In Trusted Advisor terms, they’re credible, transparent, other-oriented, related.

And that is something worth practicing to get good at. So: role-plays? Yep, role-plays.

The Trusted Advisor/Improviser—a Brief Commercial

If you think your skills could use a tune up or you wish you felt more confident in the Moments of Truth you face with your clients and colleagues, we’d love to have you come practice with us Sept 28 and 29 in Washington, DC. Being a Trusted Advisor: Walking the Talk is a rare opportunity to immerse yourself in the mindsets and skill sets of a Trusted Advisor.

We’ll improvise. We’ll laugh a lot. And we’ll be sure you walk away with far greater value than you expected.

Trust Me, I’m from HR/ IT/ Legal/ Finance !

When we hear the phrase “Trusted Advisor,” most of us think of external experts: consultants, actuaries, accountants, lawyers, the professions. But there is another group for whom that term is at least as relevant—maybe even more so. That group is made up of internal staff functions: and mainly the “Staff Big Four:” HR, IT, Legal and Finance.

These internal staff have exactly the same challenge that their outside brethren have—to successfully persuade and influence others, over whom they have exactly zero direct authority.

But it’s worse for internals: first, because they eat in the same lunchroom as their clients and are known by their first names, they tend to not get the same respect that outside experts do.

Second: an internal consultant can’t fire his or her client. They are joined at the hip, like a married couple, for better or worse.

The Big 4 staff functions represent a big chunk of our business at Trusted Advisor Associates, not far behind external Trusted Advisor work, at about the same level as Trust-Based Selling work.. And although the keys to success are pretty much the same for internal advisors as for externals, there are some distinct cultural problems that each of the Big 4 staff functions face. 

Differences Between the "Big 4" Staff Functions Affecting Trust

The IT Challenge. Ask any line employee. “The problem with IT,” they’ll say, is “they use too much jargon and don’t deliver on time or on budget.” Strip out the value-laden words and what we hear is that IT has a reputation for being non-user-friendly, and that its big trust opportunity may lie in improving reliability.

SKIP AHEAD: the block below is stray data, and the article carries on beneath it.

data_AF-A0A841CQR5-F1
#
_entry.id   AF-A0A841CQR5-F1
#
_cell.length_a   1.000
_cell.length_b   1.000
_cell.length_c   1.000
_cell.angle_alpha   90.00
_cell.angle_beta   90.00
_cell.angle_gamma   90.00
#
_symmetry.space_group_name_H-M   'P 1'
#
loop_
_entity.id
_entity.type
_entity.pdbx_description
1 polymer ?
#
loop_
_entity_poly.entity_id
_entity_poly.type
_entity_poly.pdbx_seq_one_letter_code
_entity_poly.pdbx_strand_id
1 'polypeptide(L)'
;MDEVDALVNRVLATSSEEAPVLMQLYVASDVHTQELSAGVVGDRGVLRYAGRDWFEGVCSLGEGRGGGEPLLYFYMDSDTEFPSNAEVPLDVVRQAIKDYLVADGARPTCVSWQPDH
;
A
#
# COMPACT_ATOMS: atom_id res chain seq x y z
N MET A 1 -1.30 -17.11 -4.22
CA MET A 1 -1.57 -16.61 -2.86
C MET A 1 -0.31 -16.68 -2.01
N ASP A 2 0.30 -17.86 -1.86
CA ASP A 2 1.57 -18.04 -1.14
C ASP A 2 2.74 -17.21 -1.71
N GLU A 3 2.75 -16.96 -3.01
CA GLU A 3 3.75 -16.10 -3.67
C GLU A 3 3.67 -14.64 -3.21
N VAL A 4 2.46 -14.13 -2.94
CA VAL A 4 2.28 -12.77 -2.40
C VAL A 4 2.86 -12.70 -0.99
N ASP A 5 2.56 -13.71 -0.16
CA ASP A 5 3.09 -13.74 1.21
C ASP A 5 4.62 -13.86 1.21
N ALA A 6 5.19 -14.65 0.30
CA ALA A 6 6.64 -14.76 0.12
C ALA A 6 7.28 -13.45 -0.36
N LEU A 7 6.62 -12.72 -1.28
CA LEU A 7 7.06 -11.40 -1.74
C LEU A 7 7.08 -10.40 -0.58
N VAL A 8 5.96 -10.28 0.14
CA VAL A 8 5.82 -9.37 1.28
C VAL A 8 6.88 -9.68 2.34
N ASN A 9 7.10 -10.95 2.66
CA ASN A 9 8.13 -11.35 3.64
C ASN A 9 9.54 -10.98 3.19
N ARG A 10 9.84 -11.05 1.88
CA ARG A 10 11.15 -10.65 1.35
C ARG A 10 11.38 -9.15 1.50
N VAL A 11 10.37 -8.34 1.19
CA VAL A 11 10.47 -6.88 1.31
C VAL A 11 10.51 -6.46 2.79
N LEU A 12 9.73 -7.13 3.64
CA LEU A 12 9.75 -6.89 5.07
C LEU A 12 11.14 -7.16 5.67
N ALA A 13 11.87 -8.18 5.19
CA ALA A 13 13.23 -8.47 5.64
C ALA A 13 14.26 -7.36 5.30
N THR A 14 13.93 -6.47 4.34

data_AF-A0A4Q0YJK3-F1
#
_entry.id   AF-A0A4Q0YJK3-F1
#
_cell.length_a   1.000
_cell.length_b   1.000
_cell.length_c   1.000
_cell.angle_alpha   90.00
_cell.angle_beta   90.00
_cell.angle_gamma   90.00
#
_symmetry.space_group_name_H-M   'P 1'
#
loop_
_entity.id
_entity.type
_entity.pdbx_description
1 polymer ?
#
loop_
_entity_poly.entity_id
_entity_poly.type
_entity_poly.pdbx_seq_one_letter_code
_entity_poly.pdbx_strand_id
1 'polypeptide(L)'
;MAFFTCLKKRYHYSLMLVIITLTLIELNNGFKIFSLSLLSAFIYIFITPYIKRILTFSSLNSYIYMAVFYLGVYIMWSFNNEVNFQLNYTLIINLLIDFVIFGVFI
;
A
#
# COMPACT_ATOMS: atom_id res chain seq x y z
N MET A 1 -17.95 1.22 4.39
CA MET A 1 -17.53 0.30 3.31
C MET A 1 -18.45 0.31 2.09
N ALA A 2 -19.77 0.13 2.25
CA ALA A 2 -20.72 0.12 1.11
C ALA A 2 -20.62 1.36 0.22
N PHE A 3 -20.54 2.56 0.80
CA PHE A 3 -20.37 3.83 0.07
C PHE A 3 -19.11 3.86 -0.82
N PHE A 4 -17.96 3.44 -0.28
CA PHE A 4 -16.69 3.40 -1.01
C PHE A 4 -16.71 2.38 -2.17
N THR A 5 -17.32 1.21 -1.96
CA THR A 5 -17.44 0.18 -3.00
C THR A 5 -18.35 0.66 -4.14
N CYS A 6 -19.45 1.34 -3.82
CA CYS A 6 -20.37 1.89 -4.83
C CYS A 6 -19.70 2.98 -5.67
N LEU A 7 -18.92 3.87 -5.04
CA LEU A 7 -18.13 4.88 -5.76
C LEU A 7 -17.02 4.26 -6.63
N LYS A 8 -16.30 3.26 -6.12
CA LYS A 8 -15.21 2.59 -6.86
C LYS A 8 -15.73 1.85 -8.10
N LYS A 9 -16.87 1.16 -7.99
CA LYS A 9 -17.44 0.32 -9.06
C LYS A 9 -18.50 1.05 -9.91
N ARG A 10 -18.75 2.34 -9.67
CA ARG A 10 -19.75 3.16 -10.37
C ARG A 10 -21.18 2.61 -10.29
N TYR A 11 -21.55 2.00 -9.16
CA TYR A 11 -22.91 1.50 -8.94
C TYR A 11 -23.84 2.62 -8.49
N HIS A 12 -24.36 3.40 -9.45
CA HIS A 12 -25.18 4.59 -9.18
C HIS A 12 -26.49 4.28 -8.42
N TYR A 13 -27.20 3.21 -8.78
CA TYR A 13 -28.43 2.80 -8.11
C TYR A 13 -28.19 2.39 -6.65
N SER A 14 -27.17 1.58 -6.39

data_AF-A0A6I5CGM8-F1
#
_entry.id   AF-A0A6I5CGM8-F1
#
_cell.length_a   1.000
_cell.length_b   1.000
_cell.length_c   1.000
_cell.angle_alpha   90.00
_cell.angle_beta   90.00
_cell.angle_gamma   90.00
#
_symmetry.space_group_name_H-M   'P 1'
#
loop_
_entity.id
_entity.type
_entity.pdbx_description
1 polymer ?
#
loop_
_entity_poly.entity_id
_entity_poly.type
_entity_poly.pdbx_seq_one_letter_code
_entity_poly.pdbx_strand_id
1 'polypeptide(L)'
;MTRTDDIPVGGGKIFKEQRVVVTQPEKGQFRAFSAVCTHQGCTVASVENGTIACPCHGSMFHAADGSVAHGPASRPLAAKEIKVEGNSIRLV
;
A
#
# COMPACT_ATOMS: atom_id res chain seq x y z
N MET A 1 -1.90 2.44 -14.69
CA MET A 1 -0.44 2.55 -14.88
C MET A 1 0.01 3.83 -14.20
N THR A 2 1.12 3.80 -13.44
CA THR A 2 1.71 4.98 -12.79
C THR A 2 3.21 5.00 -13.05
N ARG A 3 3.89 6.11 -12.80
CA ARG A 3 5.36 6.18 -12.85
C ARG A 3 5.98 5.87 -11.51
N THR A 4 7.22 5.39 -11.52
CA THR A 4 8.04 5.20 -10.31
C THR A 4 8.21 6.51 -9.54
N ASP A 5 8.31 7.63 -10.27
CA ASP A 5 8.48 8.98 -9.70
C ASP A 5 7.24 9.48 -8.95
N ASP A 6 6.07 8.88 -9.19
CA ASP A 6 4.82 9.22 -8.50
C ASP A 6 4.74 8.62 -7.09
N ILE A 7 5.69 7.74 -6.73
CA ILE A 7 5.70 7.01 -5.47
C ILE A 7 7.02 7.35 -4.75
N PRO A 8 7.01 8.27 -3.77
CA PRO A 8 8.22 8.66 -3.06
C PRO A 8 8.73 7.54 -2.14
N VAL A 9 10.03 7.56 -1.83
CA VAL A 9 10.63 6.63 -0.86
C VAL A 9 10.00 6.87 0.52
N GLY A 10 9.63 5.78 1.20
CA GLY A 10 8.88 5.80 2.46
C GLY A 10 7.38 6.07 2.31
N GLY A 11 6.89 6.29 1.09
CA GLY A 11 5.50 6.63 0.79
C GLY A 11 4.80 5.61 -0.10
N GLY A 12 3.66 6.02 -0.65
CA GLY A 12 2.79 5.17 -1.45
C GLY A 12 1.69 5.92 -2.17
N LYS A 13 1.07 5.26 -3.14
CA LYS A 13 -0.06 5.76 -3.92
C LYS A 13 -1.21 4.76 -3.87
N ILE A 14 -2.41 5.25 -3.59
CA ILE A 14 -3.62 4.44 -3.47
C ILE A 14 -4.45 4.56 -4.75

The HR Challenge. Unlike their IT brethren, HR suffers from speaking the same language as everyone else; which means everyone else feels equal to them in expertise. AS HR folks will tell you: they "can’t get no respect;" and the more they ask for it, they less they get.

The Legal Challenge. You know this one too. “The trouble with lawyers is, they always tell me what I can’t do, and don’t help me with what I can do.” Let’s translate that into simply a predilection for avoiding Type 1 error (doing the wrong thing) at the cost of Type 2 error (not doing the right thing). Let’s call this one a misalignment around risk profiles.

The Finance Challenge. Finance tends to speak clearly, meet deadlines, and be very sober about risk. In fact, very sober about pretty much everything. The fear that clients have of finance people is that of being relentlessly ground down on budgets, financial analyses, plans and forecasts. They are relentlessly, somberly, right. 

Each of these groups can take some simple, solid steps toward improving their level of trust by their clients. (And if you’re an external, keep reading: this applies to you too).

Five Trust-Enhancing Opportunities Facing Key Staff Functions

 
HR
IT
Legal
Finance

Credibility

x
 
 
 

Reliability

 
x
 
 

Intimacy

 
x
 
x

Self-Orientation

x
 
x
 

Risk focus

 
 
x
x

 

Improving Credibility. More an issue for HR than the others, remember that credibility is not only—in fact, not even mainly—an issue of credentials. The average internal client is not impressed that you have advanced degrees, or that you are a recognized expert in OD. You can argue that’s not fair, but arguing fairness just digs the hole deeper.